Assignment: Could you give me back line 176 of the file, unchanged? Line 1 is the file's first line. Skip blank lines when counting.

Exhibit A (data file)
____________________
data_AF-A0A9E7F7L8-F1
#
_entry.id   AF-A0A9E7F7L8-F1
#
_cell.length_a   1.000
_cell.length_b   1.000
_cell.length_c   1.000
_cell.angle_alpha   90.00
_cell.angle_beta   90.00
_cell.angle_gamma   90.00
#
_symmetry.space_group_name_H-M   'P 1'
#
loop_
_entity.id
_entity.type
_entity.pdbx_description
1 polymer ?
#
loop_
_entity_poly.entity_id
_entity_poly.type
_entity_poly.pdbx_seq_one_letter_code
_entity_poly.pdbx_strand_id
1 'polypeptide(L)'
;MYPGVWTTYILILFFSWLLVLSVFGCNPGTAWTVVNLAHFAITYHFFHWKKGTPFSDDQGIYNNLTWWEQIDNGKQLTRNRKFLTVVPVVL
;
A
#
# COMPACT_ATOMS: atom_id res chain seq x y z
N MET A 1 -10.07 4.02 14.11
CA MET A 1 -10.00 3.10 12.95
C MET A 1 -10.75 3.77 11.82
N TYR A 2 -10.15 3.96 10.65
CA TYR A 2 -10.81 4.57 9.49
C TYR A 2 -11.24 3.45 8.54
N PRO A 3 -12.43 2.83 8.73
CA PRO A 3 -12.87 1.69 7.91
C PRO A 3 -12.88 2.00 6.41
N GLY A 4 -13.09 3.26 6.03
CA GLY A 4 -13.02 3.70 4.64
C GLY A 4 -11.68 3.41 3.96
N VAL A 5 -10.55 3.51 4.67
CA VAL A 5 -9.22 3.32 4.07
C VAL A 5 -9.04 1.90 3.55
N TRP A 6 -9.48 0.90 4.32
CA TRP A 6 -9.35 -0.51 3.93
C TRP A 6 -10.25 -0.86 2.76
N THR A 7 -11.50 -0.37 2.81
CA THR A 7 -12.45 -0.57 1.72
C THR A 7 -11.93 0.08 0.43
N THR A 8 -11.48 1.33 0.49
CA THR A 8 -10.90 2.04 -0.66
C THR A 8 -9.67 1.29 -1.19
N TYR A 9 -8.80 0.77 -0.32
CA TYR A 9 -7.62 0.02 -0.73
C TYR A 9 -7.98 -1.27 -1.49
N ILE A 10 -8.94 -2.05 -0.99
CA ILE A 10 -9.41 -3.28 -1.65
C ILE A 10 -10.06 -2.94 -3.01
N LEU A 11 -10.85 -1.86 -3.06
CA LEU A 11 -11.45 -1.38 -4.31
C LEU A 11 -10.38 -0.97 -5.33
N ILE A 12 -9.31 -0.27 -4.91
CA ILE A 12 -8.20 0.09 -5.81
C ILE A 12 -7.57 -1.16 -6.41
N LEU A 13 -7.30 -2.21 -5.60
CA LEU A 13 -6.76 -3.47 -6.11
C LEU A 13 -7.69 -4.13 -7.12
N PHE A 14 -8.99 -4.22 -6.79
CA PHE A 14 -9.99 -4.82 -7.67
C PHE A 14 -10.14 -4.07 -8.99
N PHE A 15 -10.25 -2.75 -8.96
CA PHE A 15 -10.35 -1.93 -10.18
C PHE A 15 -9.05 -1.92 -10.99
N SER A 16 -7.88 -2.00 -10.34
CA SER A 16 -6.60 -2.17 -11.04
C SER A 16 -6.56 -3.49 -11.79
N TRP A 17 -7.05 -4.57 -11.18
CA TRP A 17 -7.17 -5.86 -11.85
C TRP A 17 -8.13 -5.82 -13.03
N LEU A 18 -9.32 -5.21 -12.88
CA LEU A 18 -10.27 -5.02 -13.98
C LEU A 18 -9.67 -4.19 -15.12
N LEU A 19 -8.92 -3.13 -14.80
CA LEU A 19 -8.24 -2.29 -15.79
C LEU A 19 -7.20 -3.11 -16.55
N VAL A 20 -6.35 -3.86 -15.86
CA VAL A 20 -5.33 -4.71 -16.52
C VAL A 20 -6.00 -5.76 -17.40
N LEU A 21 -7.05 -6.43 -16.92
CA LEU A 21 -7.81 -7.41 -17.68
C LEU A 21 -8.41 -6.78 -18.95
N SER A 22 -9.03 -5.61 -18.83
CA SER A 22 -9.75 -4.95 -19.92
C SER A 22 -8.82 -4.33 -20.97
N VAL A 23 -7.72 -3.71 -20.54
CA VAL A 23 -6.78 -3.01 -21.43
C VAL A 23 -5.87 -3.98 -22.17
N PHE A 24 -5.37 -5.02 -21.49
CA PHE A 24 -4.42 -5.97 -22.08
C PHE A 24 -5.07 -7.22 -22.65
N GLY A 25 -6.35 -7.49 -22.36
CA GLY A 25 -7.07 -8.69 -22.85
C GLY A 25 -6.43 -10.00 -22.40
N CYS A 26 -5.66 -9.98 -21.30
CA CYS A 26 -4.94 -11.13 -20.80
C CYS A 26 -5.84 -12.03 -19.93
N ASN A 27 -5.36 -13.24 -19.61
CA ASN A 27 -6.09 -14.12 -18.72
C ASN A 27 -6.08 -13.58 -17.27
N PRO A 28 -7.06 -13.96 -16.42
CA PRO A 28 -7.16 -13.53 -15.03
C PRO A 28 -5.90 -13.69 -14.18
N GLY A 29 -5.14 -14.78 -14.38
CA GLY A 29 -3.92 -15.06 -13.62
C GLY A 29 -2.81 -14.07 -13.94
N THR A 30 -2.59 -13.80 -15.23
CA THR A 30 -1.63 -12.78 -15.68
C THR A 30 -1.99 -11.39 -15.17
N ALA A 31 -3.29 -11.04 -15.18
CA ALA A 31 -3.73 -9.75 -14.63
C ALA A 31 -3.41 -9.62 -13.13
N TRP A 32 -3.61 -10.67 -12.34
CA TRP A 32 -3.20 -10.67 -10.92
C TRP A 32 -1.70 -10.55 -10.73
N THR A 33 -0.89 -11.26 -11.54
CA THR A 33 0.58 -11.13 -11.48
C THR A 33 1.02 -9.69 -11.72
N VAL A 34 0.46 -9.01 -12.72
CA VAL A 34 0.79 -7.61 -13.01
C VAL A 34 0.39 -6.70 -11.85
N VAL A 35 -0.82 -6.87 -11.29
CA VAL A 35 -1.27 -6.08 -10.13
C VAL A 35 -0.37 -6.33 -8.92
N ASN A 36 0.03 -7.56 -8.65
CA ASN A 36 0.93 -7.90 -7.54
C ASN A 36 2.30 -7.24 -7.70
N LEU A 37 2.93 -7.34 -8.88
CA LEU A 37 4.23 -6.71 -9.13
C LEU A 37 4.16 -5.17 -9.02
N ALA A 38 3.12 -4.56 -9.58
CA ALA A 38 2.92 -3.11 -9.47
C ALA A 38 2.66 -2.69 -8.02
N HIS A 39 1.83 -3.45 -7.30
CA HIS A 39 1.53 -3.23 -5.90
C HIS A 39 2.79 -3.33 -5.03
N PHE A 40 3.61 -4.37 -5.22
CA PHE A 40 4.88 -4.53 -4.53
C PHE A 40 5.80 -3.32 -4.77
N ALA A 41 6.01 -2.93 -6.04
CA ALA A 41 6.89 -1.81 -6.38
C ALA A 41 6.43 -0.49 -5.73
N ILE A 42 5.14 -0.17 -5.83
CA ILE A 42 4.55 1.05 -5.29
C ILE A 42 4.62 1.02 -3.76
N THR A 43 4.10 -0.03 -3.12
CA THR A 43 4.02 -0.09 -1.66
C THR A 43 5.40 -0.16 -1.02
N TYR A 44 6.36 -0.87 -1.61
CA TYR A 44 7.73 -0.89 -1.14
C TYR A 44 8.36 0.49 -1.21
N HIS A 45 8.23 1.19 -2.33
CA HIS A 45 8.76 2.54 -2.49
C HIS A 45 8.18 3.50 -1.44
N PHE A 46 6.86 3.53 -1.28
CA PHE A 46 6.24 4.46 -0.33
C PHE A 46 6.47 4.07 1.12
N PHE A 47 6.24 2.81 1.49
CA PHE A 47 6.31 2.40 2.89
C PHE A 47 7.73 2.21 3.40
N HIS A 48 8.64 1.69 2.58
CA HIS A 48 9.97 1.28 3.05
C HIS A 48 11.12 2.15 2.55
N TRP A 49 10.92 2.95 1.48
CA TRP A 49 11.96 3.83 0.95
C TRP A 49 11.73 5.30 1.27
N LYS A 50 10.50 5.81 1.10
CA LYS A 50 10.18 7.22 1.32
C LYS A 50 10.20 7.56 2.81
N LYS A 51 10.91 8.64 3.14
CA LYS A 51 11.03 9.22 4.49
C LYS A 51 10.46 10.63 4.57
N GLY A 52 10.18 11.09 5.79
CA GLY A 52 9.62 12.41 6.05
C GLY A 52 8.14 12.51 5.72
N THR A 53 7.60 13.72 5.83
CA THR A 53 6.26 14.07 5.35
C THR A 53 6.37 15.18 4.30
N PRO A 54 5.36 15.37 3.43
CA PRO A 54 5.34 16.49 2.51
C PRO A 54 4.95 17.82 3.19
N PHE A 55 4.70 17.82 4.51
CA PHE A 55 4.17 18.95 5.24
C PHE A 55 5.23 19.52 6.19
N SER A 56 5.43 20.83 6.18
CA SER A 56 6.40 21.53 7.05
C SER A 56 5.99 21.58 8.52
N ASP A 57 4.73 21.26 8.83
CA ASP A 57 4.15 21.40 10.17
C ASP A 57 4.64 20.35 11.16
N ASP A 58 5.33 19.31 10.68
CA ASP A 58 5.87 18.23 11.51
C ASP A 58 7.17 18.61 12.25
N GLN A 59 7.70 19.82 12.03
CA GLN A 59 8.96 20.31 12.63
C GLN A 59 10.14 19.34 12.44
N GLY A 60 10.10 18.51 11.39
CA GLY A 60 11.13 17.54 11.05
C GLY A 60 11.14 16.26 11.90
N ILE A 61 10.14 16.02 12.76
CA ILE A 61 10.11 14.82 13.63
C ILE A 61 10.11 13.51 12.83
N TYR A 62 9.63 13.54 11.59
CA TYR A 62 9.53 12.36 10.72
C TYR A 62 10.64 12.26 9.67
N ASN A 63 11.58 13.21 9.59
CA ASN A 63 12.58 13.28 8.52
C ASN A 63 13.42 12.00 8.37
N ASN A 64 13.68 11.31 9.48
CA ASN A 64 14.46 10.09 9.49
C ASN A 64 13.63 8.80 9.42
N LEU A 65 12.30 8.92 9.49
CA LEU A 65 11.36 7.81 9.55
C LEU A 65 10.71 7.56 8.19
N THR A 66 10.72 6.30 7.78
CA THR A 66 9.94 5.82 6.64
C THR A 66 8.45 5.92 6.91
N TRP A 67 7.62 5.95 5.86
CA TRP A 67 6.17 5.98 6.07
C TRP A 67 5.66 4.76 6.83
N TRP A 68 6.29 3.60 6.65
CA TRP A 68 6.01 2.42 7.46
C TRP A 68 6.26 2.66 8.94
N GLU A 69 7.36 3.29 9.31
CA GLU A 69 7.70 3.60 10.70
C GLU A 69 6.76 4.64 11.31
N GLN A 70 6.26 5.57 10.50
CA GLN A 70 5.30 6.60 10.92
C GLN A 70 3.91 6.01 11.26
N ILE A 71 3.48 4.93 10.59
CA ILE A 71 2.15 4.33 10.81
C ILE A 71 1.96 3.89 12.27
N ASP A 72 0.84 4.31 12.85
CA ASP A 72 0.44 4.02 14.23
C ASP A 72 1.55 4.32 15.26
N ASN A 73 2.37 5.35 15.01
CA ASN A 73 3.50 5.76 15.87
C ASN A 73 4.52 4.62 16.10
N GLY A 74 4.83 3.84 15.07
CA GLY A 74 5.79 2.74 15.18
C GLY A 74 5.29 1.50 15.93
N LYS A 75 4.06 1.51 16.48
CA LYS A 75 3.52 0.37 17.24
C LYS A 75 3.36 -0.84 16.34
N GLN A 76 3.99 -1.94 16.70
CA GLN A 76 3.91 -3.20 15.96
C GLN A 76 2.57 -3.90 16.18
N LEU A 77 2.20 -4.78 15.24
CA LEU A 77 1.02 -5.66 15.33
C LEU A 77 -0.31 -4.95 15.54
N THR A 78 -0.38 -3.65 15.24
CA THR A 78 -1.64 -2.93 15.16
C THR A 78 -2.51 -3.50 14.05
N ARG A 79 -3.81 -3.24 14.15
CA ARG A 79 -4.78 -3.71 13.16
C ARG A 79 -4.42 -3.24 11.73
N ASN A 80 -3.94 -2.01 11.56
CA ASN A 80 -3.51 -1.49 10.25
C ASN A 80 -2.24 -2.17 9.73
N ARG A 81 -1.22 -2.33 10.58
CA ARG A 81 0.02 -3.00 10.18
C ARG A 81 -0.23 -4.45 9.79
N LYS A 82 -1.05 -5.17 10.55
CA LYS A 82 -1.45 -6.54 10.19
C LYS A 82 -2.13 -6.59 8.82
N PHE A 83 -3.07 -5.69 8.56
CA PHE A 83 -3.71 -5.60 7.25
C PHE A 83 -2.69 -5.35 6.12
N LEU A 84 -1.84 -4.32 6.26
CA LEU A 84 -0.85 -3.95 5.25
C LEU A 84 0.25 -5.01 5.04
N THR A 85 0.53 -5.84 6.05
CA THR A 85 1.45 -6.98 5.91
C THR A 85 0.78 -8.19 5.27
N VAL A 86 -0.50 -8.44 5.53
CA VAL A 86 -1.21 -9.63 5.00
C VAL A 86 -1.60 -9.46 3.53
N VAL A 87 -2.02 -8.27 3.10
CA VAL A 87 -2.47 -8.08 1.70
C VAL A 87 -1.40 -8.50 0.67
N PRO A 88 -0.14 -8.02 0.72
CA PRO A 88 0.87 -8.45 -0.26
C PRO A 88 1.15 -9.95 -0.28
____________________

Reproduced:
CA TRP A 49 11.96 3.83 0.95